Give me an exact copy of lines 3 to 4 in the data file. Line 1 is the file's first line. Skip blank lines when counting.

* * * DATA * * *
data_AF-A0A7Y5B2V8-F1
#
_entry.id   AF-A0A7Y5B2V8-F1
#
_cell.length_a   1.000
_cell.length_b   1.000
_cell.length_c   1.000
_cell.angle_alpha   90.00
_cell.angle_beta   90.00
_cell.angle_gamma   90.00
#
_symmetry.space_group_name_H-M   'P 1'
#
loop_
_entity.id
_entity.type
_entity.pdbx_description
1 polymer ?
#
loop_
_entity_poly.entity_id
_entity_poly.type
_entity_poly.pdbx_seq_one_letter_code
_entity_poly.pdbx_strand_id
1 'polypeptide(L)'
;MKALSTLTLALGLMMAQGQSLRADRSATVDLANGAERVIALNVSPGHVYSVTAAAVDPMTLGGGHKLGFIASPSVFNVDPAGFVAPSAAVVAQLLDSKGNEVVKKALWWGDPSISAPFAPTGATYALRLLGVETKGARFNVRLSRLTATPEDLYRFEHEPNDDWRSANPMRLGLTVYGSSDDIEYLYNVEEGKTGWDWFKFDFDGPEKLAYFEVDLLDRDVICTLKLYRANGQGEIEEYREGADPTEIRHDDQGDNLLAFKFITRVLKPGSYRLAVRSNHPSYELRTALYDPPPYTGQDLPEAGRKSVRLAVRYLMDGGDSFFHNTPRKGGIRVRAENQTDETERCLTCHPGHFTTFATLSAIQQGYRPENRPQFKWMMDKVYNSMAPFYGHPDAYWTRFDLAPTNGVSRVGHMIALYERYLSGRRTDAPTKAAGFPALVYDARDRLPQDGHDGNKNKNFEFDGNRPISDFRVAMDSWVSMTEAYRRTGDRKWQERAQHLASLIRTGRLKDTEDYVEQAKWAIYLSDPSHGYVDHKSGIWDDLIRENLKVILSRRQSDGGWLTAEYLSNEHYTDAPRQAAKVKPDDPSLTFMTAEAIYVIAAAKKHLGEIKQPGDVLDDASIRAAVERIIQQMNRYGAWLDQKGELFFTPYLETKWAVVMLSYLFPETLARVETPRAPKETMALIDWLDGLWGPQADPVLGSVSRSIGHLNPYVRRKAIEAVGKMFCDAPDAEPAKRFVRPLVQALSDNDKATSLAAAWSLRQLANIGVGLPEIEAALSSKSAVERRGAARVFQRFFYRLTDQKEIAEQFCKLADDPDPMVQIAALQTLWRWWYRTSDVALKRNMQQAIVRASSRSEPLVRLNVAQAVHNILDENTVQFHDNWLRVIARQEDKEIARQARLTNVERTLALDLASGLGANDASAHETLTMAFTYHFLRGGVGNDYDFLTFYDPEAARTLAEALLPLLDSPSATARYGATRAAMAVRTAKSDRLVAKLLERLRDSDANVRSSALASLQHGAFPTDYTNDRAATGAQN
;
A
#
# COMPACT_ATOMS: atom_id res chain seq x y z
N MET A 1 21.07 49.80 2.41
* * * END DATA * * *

_entry.id   AF-A0A7Y5B2V8-F1
#